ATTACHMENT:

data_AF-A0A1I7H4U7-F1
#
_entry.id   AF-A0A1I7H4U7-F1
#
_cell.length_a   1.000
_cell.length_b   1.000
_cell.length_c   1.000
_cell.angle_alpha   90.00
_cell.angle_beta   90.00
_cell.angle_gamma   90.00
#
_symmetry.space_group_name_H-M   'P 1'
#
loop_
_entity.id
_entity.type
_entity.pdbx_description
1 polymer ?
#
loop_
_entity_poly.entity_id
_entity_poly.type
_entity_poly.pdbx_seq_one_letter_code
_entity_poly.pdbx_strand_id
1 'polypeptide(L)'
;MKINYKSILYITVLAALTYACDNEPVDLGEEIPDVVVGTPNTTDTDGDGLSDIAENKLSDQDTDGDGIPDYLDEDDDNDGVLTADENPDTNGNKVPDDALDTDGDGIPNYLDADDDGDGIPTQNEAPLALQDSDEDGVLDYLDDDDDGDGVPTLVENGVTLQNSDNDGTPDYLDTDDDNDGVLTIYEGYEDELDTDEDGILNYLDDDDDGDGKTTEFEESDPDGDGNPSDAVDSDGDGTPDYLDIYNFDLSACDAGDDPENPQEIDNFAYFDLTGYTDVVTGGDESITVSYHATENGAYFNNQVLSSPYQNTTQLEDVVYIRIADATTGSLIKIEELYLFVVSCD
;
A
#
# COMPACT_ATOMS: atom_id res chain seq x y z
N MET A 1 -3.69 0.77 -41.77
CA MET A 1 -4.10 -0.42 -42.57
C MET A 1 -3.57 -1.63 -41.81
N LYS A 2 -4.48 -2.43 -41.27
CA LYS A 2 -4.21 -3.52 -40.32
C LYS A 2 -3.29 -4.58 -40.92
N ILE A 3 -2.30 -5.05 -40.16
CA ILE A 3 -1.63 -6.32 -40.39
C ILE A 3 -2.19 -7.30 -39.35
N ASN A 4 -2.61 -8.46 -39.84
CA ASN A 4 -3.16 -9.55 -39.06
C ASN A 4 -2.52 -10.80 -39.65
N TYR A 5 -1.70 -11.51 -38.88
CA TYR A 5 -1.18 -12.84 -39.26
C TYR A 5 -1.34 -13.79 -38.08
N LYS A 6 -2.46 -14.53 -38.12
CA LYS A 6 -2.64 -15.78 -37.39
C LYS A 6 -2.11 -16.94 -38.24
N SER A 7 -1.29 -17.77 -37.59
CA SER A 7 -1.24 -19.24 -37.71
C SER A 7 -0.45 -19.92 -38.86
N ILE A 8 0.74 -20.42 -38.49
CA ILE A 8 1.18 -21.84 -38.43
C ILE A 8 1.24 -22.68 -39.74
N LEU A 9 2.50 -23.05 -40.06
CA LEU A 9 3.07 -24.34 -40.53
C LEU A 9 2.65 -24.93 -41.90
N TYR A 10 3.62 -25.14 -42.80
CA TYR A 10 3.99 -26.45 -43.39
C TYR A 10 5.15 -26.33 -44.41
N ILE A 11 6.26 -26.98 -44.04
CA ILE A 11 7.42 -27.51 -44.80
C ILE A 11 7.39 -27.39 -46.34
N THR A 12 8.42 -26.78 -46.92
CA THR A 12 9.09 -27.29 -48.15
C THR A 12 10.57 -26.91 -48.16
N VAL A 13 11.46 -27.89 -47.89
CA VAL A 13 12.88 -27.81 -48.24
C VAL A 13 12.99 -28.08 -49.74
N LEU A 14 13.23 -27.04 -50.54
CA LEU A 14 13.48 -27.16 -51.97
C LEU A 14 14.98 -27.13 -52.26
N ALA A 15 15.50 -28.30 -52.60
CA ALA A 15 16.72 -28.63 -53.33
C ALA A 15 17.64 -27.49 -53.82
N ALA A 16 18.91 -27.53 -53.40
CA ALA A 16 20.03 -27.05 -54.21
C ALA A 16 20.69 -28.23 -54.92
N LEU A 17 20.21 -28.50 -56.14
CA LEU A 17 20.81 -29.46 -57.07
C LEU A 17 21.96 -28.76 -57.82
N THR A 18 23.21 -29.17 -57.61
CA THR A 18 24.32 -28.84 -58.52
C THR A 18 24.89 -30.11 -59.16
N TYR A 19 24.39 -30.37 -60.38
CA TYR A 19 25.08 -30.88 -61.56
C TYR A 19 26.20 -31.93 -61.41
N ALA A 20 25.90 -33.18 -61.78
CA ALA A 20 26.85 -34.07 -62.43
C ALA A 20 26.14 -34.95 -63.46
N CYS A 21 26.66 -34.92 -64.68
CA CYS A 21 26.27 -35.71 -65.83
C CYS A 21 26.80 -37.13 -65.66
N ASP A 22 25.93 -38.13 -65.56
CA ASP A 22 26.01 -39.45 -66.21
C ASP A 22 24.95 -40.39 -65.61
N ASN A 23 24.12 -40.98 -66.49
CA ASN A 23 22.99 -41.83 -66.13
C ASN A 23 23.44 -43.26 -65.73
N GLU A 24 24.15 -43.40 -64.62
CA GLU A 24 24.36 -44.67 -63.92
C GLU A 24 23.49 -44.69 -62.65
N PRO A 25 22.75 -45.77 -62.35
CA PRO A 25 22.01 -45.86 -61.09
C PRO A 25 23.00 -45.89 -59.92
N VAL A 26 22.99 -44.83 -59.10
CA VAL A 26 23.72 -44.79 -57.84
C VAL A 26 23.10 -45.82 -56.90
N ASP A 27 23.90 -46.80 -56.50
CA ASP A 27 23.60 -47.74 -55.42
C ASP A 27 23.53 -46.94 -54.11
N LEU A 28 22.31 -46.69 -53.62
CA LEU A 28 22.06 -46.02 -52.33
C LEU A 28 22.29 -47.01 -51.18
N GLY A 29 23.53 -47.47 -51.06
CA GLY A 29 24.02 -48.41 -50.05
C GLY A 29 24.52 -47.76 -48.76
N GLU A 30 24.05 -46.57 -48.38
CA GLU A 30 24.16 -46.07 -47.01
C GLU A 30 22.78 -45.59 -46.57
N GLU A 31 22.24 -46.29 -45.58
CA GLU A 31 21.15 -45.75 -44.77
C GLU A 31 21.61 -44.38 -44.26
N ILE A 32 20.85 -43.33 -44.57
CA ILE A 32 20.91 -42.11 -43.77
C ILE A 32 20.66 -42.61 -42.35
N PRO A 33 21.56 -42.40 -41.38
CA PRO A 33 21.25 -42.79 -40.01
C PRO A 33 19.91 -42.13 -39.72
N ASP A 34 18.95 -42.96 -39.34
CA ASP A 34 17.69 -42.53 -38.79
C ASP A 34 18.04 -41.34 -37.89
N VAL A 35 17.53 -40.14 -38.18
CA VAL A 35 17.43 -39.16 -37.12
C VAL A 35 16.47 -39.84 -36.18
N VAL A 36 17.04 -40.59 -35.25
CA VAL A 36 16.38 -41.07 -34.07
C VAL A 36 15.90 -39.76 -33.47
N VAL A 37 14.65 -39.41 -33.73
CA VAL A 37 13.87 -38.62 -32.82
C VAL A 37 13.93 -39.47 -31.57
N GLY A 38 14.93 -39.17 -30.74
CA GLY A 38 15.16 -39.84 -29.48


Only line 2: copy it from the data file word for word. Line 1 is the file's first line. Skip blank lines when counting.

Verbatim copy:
#